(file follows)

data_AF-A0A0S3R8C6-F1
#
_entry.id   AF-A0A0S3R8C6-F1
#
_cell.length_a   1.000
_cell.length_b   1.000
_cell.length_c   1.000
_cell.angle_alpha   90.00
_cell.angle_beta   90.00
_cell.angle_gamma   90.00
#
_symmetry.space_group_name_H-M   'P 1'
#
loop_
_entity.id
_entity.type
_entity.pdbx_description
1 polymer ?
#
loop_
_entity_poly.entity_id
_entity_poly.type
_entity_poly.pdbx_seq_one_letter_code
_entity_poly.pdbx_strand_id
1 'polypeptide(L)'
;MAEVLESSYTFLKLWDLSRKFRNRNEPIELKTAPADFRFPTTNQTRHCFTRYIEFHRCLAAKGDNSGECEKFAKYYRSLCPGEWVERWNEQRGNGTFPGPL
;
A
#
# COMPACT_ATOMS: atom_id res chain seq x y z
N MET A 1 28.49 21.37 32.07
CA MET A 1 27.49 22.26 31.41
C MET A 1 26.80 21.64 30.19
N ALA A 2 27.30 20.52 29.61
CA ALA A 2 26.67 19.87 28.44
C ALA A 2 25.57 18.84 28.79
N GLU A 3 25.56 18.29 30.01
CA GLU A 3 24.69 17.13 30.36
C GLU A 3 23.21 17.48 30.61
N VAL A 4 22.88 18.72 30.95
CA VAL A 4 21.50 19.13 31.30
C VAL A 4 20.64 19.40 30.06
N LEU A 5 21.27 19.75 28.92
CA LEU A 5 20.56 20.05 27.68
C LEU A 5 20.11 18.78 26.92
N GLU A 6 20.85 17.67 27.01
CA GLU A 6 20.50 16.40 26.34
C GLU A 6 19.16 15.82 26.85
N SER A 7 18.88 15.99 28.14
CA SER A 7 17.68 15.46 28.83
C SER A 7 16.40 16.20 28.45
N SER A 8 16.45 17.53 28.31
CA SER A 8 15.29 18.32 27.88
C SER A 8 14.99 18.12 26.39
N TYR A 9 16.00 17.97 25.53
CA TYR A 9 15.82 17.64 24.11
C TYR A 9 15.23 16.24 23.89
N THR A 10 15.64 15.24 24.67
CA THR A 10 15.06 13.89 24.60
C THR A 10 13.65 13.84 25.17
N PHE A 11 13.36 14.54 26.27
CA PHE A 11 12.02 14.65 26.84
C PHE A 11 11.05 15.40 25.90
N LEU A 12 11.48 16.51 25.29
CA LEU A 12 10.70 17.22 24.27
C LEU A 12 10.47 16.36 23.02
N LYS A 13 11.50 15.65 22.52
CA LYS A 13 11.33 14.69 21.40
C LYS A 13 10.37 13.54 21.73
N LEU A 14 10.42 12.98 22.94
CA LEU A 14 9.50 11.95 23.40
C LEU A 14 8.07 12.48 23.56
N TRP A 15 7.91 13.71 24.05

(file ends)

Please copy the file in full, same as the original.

data_AF-A0A0S3R8C6-F1
#
_entry.id   AF-A0A0S3R8C6-F1
#
_cell.length_a   1.000
_cell.length_b   1.000
_cell.length_c   1.000
_cell.angle_alpha   90.00
_cell.angle_beta   90.00
_cell.angle_gamma   90.00
#
_symmetry.space_group_name_H-M   'P 1'
#
loop_
_entity.id
_entity.type
_entity.pdbx_description
1 polymer ?
#
loop_
_entity_poly.entity_id
_entity_poly.type
_entity_poly.pdbx_seq_one_letter_code
_entity_poly.pdbx_strand_id
1 'polypeptide(L)'
;MAEVLESSYTFLKLWDLSRKFRNRNEPIELKTAPADFRFPTTNQTRHCFTRYIEFHRCLAAKGDNSGECEKFAKYYRSLCPGEWVERWNEQRGNGTFPGPL
;
A
#
# COMPACT_ATOMS: atom_id res chain seq x y z
N MET A 1 28.49 21.37 32.07
CA MET A 1 27.49 22.26 31.41
C MET A 1 26.80 21.64 30.19
N ALA A 2 27.30 20.52 29.61
CA ALA A 2 26.67 19.87 28.44
C ALA A 2 25.57 18.84 28.79
N GLU A 3 25.56 18.29 30.01
CA GLU A 3 24.69 17.13 30.36
C GLU A 3 23.21 17.48 30.61
N VAL A 4 22.88 18.72 30.95
CA VAL A 4 21.50 19.13 31.30
C VAL A 4 20.64 19.40 30.06
N LEU A 5 21.27 19.75 28.92
CA LEU A 5 20.56 20.05 27.68
C LEU A 5 20.11 18.78 26.92
N GLU A 6 20.85 17.67 27.01
CA GLU A 6 20.50 16.40 26.34
C GLU A 6 19.16 15.82 26.85
N SER A 7 18.88 15.99 28.14
CA SER A 7 17.68 15.46 28.83
C SER A 7 16.40 16.20 28.45
N SER A 8 16.45 17.53 28.31
CA SER A 8 15.29 18.32 27.88
C SER A 8 14.99 18.12 26.39
N TYR A 9 16.00 17.97 25.53
CA TYR A 9 15.82 17.64 24.11
C TYR A 9 15.23 16.24 23.89
N THR A 10 15.64 15.24 24.67
CA THR A 10 15.06 13.89 24.60
C THR A 10 13.65 13.84 25.17
N PHE A 11 13.36 14.54 26.27
CA PHE A 11 12.02 14.65 26.84
C PHE A 11 11.05 15.40 25.90
N LEU A 12 11.48 16.51 25.29
CA LEU A 12 10.70 17.22 24.27
C LEU A 12 10.47 16.36 23.02
N LYS A 13 11.50 15.65 22.52
CA LYS A 13 11.33 14.69 21.40
C LYS A 13 10.37 13.54 21.73
N LEU A 14 10.42 12.98 22.94
CA LEU A 14 9.50 11.95 23.40
C LEU A 14 8.07 12.48 23.56
N TRP A 15 7.91 13.71 24.05